SC refuses blanket ban on sale of firecrackers; allows burning of ‘green crackers’ from 8pm to 10pm

The court, additionally, banned the online sale of firecrackers and banned e-commerce sites from selling them.

The Supreme Court on Tuesday refused to impose a nationwide ban on sale of firecrackers in its verdict. The apex court said that only “low-polluting” ‘green firecrackers’ that are within the permitted decibel limits and emission norms will be allowed to be sold. The court, additionally, banned the online sale of firecrackers and banned e-commerce sites from selling them.  

Not only that, the Supreme Court also imposed timing restrictions on burning crackers during celebrations. For Diwali, people will be allowed to burn crackers between 8pm and 10pm. However, on New Year and Christmas, the period has been further narrowed down to from 11:45pm to 12:15pm.

All the states have also been asked by the court to explore feasibility of community cracker bursting during festivals. The Supreme Court’s verdict was pronounced by a bench comprising Justices AK Sikri and Ashok Bhushan. The mandate comes as a response to a plea that sought a ban on manufacturing and sale of firecrackers to curb air pollution.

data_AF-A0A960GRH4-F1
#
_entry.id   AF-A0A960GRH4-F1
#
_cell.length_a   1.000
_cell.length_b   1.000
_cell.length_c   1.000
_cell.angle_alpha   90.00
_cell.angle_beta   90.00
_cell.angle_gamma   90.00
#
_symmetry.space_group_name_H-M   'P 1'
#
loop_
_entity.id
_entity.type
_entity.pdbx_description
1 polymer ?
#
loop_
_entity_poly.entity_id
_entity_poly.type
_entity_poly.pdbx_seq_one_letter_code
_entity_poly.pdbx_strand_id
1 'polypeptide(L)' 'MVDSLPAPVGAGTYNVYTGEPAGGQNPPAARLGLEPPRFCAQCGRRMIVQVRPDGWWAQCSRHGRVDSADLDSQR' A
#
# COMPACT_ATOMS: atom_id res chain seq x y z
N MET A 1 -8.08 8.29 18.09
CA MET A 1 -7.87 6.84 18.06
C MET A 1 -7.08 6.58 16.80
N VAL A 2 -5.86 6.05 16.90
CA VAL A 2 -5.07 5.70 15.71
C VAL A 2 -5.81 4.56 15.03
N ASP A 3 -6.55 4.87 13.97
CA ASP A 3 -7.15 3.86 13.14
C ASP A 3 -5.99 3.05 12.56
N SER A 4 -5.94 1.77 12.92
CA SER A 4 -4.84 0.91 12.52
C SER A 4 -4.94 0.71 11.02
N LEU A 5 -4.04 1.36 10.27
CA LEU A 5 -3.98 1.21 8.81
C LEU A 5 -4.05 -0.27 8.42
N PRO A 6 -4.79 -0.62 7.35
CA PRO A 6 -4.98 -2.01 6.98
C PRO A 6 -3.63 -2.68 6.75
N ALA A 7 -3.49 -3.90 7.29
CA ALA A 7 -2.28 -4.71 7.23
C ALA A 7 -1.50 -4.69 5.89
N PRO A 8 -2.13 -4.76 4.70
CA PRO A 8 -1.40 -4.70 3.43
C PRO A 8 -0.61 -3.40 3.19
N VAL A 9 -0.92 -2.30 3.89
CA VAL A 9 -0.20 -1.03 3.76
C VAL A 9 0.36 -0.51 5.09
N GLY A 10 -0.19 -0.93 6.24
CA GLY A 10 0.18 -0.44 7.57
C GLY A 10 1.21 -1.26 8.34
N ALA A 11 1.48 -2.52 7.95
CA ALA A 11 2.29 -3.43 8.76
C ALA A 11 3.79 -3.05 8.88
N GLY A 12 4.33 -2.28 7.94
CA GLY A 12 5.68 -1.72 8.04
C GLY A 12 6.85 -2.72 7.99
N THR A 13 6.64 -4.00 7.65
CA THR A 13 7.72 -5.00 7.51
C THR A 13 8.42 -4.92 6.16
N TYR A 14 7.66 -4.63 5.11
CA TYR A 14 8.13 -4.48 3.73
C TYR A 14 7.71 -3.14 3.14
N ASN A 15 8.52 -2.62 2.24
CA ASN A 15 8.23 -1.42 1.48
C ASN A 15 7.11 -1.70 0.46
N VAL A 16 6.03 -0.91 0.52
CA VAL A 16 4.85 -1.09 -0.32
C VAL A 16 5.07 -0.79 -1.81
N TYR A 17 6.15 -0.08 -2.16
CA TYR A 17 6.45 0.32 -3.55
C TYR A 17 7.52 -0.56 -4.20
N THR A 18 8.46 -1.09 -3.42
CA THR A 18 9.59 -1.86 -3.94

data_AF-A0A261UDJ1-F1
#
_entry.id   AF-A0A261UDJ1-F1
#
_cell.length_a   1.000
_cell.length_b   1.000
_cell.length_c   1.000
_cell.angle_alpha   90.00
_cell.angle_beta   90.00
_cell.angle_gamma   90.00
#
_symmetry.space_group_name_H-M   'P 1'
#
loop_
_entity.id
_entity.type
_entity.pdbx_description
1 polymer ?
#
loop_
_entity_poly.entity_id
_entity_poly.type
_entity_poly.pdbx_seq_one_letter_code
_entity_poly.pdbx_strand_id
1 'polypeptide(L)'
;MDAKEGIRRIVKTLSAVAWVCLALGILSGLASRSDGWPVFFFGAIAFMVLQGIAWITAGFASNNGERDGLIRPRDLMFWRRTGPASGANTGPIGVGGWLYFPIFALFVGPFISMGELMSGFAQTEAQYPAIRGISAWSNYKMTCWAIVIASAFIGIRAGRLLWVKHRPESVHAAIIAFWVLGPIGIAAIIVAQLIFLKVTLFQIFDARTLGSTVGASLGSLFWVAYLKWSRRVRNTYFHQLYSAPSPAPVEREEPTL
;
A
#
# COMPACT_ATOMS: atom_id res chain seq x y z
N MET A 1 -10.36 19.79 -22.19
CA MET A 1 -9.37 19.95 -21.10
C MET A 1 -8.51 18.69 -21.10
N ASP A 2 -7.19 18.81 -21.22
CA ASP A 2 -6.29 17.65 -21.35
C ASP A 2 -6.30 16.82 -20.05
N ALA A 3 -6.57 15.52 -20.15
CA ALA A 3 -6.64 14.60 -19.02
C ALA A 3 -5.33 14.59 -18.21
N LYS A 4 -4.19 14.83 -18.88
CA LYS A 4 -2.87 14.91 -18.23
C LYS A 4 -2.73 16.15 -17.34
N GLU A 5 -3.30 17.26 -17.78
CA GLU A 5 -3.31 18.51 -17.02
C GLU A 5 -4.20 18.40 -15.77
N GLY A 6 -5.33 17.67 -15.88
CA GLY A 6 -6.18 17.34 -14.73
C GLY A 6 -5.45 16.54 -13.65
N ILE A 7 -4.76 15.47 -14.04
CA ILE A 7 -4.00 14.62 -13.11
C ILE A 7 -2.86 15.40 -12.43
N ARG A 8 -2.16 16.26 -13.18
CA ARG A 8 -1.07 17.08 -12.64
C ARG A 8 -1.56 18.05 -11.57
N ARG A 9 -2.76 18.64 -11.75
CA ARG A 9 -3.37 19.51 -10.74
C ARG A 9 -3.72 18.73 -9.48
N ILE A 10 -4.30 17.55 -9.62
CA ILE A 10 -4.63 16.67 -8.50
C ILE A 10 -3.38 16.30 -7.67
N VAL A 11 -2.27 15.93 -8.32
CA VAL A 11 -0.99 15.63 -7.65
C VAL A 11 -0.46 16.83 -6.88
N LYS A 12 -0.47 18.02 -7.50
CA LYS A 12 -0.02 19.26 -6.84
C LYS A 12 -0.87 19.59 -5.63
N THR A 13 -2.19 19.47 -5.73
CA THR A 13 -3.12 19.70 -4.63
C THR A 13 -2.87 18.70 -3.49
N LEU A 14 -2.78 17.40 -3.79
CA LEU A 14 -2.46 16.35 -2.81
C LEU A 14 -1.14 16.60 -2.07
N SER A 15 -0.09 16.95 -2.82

Although what are ‘green crackers’ is a bit contentious. While it is “less-polluting” is well understood, what goes into making a green crackers isn’t. Accoring to reports, last year scientists were asked to develop zero-pollution firecrackers. Additionally, Sri Kaliswari Fireworks Private Limited in Sivakasi had started experimenting on developing eco-friendly firecrackers.

The Tamil Nadu Fireworks and Amorces Manufacturers Association (TANFAMA) had earlier said that the government must help the manufacturers with a formula for green crackers. However, it is not clear how long the entire process may take.

On October 9 last year, the Supreme Court temporarily banned the sale of firecrackers ahead of Diwali. The court refused to relax the ban and dismissed a plea by traders who sought permission to sell crackers for at least a day or two before Diwali. The court had said then that the ban on firecrackers was an experiment to observe its impact on the pollution levels.

The Supreme Court had also earlier said that while deciding on firecrackers it is necessary to take into account several aspects, including the livelihood of firecracker manufacturers as well as the right to health of over 1.3 billion people.

The Tuesday verdict comes fifteen days ahead of Diwali.

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